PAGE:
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Hibernation is viewed as a solution to seasonal food shortage involving physiological adaptation in contrast to a behavioral strategy as in migration. The neural plasticity involved in hibernation is considered as relatively recently evolved rebalancing and reintegration of existing subsystems rather than the survival of ancient thermoregulatory machinery.
The theory of ventromedial hypothalamic insufficiency as a mechanism for prehibernation obesity is examined in detail with comprehensive evaluation of experimental evidence gathered over the past 30 years. Entraining of internal and external cues leading to annual cycles, thermostatic adjustment, endocrine concomitants, and the conditions for torpor are examined in the light of laboratory experiments and ethological observations.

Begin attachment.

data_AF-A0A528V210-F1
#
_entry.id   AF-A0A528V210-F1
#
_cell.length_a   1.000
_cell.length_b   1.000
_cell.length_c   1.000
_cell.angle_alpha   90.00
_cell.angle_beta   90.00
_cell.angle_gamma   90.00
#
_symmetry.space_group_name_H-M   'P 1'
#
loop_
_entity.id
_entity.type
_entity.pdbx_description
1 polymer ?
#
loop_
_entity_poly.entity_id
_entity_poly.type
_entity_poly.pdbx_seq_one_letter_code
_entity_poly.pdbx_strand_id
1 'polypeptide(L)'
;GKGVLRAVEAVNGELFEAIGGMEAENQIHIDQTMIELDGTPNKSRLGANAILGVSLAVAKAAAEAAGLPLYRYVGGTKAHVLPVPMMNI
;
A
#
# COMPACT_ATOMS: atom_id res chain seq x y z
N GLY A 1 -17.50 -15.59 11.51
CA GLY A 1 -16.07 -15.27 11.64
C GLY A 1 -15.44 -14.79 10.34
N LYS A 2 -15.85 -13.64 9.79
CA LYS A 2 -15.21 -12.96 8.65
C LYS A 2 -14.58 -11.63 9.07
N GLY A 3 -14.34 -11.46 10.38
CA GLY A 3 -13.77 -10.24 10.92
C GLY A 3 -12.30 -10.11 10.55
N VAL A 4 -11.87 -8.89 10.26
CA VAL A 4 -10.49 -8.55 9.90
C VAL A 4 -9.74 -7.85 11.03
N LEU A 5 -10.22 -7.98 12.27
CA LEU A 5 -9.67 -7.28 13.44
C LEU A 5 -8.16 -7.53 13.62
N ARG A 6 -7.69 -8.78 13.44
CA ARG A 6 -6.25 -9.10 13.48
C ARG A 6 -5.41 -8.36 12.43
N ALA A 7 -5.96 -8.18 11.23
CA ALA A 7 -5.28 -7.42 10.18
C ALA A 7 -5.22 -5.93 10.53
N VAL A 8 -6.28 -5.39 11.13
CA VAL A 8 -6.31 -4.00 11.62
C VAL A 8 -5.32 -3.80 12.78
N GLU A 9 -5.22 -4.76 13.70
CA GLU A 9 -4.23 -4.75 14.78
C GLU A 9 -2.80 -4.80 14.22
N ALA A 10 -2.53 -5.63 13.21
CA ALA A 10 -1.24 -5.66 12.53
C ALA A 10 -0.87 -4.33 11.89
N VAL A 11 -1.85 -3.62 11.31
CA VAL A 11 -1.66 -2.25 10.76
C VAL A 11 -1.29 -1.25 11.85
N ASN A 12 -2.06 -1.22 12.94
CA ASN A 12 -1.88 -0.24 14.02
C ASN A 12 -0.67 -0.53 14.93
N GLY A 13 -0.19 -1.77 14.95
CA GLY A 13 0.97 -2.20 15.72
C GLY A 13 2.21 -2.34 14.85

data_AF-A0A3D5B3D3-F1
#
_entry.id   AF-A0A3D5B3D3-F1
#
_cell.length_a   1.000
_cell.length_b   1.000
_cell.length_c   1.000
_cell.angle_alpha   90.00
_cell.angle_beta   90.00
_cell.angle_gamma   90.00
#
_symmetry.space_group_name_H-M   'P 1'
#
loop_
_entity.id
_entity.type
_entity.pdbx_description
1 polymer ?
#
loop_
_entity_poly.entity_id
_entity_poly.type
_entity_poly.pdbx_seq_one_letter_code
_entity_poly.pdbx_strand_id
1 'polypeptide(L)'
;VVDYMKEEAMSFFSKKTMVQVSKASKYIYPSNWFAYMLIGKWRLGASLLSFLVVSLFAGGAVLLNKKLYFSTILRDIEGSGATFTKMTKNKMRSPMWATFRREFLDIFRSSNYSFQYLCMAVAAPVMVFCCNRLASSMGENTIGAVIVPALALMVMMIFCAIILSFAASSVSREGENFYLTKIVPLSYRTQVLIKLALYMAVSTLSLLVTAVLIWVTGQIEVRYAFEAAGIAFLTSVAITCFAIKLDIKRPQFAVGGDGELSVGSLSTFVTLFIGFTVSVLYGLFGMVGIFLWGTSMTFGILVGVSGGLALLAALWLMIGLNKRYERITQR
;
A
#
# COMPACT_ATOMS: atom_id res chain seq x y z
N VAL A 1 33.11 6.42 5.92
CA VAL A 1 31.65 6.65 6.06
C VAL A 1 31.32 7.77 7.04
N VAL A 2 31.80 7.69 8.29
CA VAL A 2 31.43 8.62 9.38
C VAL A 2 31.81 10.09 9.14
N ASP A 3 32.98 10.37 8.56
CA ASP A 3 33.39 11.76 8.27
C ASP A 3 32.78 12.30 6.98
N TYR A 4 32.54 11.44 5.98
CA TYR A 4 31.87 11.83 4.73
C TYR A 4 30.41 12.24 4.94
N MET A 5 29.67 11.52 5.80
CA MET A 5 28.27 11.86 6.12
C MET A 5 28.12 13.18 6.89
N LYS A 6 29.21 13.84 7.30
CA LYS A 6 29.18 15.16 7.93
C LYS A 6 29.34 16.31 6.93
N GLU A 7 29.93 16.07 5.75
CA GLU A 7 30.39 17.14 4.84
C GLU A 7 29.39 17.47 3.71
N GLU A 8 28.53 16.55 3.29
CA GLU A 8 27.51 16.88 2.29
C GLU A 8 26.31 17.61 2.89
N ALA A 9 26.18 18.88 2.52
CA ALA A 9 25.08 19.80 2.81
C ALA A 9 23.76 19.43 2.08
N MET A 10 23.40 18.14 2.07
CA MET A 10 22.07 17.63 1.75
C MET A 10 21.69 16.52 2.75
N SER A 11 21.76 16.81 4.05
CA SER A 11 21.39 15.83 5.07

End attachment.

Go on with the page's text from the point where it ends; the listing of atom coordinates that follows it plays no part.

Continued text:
Complex and often conflicting data from multiple disciplines are lucidly evaluated within a broad conceptual framework. A comprehensive bibliography as well as an adequate index are included. This book will be read profitably by serious students of brain function.
Randt CT. Hibernation and the Hypothalamus. Arch Neurol. 1971;25(6):575. doi:10.1001/archneur.1971.00490060109014
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